The greatest of these is change

Obama 01Do you remember back in December when all hell broke loose because Mike Huckabee put out a television ad wishing Iowans "Merry Christmas" while seated in front of a bookcase that looked like a white cross? There were dozens of broadcast reports and newspaper stories analyzing whether it was proper to evoke a cross in a political ad. Well, apparently crosses are fine in political ads now. And you don't even have to use the subliminal ones. Barack Obama has been using fliers in southern states that really pound home his Christian bonafides, touting himself as a "committed Christian" who has been "called to Christ." Kentucky has a primary on Tuesday and the fliers have been sent out far and wide to evangelical voters. The media are covering this Christian outreach aspect of the campaign but they're not asking the hard questions they asked of Huckabee when he announced he was a "Christian leader." Here's Shailagh Murray of the Washington Post:

The pamphlet has circulated in other primary states and is striking for its overt appeal on religion. The words across the top read "Faith. Hope. Change." Obama is pictured at a church pulpit, with a large illuminated cross in the background. A quote at the bottom reads: "My faith teaches me that I can sit in church and pray all I want, but I won't be fulfilling God's will unless I go out and do the Lord's work."

On the flip side is a photo of Obama in front of a stained-glass window. A few paragraphs describe his work as a community organizer in Chicago and tell of how some people he met encouraged him to attend church one Sunday: "That day Obama felt a beckoning of the spirit and accepted Jesus Christ into his life." The words along the side proclaim "Committed Christian."

The article goes on to say that "one aim of the flier" is to counteract the belief that Obama is Muslim. Another aim is to compete for evangelical voters in the general election. Which, presumably, Huckabee was doing too. The Washington Times mentions these points in its brief article on the ads:

"He is making a direct appeal to evangelicals with fliers that mention his conversion experience, and they highlight a big old cross. Remember Mike Huckabee's supposed subliminal cross in his Christmas campaign ad? Well, the Obama campaign ditches the subliminal and goes for the in-your-face cross," said Christian Broadcasting Network correspondent David Brody yesterday.

"The Obama campaign has consistently believed that their candidate can compete for the 'religious vote.' A lot has been made about how Obama hasn't done as well with Catholics compared to Clinton. But let's remember one thing: Obama has a story to tell about how Jesus came into his life. You can bet we will be hearing more details about it on the stump in the fall."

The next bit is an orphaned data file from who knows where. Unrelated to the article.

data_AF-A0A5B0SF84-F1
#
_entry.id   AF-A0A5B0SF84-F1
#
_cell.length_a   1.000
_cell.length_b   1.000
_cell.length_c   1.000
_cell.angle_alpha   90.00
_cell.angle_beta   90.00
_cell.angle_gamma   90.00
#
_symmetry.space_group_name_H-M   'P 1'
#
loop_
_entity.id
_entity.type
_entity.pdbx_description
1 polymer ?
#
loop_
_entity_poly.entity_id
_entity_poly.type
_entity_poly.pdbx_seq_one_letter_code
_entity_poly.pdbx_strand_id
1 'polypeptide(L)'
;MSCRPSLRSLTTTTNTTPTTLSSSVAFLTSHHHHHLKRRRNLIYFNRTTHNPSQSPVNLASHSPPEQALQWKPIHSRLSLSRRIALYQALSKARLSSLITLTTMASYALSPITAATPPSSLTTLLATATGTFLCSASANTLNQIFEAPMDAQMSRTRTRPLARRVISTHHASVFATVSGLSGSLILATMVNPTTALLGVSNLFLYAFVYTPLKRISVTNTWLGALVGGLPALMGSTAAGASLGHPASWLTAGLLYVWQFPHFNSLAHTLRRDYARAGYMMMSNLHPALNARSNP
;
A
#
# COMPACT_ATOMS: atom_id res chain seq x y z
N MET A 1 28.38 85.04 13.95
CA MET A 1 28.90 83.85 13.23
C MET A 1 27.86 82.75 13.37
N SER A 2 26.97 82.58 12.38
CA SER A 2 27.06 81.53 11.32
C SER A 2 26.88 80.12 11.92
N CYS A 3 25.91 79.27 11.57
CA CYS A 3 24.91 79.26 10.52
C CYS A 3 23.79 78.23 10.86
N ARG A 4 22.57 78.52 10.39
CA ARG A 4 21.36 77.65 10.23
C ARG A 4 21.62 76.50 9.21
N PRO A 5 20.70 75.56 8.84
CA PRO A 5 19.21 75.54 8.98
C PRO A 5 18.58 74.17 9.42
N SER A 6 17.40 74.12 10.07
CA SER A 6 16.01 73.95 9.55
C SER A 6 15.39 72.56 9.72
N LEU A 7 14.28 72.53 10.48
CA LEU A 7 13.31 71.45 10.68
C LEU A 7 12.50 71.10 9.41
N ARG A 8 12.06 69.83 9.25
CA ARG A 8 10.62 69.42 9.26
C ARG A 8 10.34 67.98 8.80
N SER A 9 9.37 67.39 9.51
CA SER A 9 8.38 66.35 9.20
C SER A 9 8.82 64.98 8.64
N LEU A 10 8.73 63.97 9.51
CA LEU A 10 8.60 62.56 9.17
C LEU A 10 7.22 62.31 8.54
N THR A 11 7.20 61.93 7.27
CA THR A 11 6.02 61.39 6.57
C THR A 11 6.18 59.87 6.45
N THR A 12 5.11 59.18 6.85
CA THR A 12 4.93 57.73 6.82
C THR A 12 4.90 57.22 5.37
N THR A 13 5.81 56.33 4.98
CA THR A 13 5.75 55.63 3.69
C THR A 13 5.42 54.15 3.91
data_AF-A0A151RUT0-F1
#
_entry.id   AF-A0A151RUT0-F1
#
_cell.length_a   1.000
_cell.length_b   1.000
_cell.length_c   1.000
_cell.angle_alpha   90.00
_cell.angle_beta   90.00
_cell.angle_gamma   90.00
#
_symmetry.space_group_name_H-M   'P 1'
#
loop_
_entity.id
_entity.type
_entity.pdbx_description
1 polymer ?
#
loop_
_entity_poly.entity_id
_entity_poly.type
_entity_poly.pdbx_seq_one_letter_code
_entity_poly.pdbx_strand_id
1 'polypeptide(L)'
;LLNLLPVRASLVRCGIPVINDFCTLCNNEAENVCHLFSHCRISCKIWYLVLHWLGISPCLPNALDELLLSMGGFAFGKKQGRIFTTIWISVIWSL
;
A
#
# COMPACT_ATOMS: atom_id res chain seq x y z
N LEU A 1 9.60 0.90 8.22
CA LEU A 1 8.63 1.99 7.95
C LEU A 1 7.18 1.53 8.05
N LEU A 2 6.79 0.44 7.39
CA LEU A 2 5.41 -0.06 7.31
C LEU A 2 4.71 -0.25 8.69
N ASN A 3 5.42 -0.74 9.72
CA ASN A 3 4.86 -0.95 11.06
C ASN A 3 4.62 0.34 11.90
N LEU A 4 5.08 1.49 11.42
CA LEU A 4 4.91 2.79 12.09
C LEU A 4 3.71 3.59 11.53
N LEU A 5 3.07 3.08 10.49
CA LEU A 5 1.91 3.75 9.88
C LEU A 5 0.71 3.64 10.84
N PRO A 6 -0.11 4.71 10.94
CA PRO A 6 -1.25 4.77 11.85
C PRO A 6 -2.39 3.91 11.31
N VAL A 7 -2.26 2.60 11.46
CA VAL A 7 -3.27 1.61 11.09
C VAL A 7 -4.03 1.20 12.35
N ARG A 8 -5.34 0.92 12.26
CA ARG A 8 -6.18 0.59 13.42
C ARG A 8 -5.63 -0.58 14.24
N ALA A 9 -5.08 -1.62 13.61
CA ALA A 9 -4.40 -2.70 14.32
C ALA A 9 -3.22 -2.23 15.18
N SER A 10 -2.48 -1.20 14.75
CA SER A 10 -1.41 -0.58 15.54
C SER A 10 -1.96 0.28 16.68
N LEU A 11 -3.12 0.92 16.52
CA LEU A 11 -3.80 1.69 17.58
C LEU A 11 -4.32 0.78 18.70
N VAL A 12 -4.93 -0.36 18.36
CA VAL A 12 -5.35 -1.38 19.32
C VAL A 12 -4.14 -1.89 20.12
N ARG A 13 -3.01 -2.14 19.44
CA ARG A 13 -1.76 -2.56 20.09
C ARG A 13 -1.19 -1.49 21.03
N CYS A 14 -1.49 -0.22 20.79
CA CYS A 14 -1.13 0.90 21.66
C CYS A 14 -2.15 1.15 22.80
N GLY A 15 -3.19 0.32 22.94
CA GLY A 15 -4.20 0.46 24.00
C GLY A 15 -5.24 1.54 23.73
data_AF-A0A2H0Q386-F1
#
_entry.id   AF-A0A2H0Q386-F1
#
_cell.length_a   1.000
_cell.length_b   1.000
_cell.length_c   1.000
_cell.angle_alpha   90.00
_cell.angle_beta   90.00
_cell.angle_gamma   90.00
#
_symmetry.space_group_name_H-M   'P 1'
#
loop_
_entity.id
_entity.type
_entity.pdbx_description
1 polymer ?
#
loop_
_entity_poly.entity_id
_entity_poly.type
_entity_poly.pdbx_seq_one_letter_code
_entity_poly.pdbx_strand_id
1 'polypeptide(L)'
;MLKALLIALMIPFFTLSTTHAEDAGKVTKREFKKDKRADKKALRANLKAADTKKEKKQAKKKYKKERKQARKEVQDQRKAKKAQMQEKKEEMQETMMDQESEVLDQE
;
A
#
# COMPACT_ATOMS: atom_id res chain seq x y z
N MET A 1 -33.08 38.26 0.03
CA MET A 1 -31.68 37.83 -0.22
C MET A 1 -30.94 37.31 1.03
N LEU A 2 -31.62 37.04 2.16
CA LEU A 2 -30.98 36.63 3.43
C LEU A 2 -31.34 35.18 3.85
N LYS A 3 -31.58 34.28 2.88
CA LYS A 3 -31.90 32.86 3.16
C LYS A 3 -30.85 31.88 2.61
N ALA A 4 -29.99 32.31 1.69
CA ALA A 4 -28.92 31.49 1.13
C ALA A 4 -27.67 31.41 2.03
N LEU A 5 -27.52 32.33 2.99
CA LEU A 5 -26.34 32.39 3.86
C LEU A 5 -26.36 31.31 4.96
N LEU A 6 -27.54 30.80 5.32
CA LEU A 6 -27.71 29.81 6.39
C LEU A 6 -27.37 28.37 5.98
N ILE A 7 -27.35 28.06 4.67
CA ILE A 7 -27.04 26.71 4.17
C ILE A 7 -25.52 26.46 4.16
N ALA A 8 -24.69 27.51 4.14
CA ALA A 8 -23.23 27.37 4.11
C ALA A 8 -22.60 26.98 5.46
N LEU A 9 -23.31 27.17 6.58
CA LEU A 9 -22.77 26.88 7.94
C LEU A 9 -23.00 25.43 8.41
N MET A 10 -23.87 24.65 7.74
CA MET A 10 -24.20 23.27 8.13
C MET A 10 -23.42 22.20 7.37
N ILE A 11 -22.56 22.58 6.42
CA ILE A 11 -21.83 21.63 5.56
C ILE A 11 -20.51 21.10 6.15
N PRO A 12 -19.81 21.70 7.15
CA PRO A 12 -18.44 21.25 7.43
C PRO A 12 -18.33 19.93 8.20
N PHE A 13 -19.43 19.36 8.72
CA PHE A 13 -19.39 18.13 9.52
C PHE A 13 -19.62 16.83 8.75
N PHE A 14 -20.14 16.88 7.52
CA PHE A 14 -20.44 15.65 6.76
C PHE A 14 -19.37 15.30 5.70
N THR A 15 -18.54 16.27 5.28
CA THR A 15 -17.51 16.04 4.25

FOX News ran an analysis piece that also suggests the fliers are more about the general election than the Kentucky race:

"They believe they can compete with McCain and the Republicans on the faith vote," said David Brody, a senior correspondent with the Christian Broadcasting Network, the channel launched by televangelist Pat Robertson.

"McCain doesn't want to talk about his faith all that much," he told "Barack Obama is comfortable talking about that. . . . He's speaking evangelical talk, so to speak, and that resonates."

I excerpted that just so you could see that David Brody is, in fact, the mainstream media's go-to person for insight into how to appeal to evangelicals. The Washington Post quoted him, too.

obama2 Joseph Gerth of the Louisville Courier-Journal had a lengthy piece on the religion campaign, which is broader than the handbill. There are also television and radio ads that hammer home Obama's Christianity. Here's the hardest Gerth hits:

Scott Jennings, a Louisville-based political consultant, said Obama's campaign may be reacting to concerns about so-called faith voters.

Jennings said he suspects that the campaign was forced to focus on religion by the controversy over comments made by Obama's former pastor, the Rev. Jeremiah Wright; e-mail chains that claim erroneously that Obama is a Muslim; and comments made by Obama that "bitter" people in Pennsylvania were clinging "to guns or religion or antipathy to people who aren't like them … as a way to explain their frustrations.

"He's clearly got polling that shows something is running through the Democratic voters in West Virginia and Kentucky that they are losing control of, and unless they can fix it, they can't compete here," Jennings said.

But Stevens said Obama is just trying to tell voters about himself, and he noted that the television and radio ads also talk about how he was raised by his mother and grandmother in Kansas and give other details about his life and platform.

So polling shows "something" is bothering voters that will be remedied by elevating his Christian credentials. Perhaps the next story can explain what that "something" is. What's more, not a single one of these non-analysis stories has any quotes from people critical of the religiosity of the ads. They describe the ads as "startling" but they don't back it up with a discussion of why. They mention that pundits and bloggers are critical but they don't talk to any of them. It seems that conflict might be a good thing to include in a story.

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